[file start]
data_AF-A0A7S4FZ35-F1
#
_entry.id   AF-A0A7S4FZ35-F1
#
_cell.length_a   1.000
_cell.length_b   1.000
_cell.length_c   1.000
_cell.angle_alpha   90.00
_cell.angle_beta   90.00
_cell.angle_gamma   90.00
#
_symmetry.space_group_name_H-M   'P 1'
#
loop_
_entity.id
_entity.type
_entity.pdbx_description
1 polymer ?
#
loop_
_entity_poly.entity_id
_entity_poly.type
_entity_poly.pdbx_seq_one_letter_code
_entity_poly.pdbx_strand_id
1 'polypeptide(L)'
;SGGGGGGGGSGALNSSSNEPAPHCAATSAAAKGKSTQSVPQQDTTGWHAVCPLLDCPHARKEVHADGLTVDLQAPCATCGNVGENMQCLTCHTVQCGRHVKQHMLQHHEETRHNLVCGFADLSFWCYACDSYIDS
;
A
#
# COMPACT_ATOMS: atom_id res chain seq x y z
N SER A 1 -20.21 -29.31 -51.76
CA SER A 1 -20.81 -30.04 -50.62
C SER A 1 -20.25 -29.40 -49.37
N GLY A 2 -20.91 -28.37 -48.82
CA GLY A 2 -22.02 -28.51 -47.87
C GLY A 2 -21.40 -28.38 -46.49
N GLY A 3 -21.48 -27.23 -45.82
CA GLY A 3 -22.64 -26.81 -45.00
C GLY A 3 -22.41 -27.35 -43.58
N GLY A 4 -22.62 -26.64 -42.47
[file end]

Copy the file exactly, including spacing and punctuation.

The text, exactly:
data_AF-A0A7S4FZ35-F1
#
_entry.id   AF-A0A7S4FZ35-F1
#
_cell.length_a   1.000
_cell.length_b   1.000
_cell.length_c   1.000
_cell.angle_alpha   90.00
_cell.angle_beta   90.00
_cell.angle_gamma   90.00
#
_symmetry.space_group_name_H-M   'P 1'
#
loop_
_entity.id
_entity.type
_entity.pdbx_description
1 polymer ?
#
loop_
_entity_poly.entity_id
_entity_poly.type
_entity_poly.pdbx_seq_one_letter_code
_entity_poly.pdbx_strand_id
1 'polypeptide(L)'
;SGGGGGGGGSGALNSSSNEPAPHCAATSAAAKGKSTQSVPQQDTTGWHAVCPLLDCPHARKEVHADGLTVDLQAPCATCGNVGENMQCLTCHTVQCGRHVKQHMLQHHEETRHNLVCGFADLSFWCYACDSYIDS
;
A
#
# COMPACT_ATOMS: atom_id res chain seq x y z
N SER A 1 -20.21 -29.31 -51.76
CA SER A 1 -20.81 -30.04 -50.62
C SER A 1 -20.25 -29.40 -49.37
N GLY A 2 -20.91 -28.37 -48.82
CA GLY A 2 -22.02 -28.51 -47.87
C GLY A 2 -21.40 -28.38 -46.49
N GLY A 3 -21.48 -27.23 -45.82
CA GLY A 3 -22.64 -26.81 -45.00
C GLY A 3 -22.41 -27.35 -43.58
N GLY A 4 -22.62 -26.64 -42.47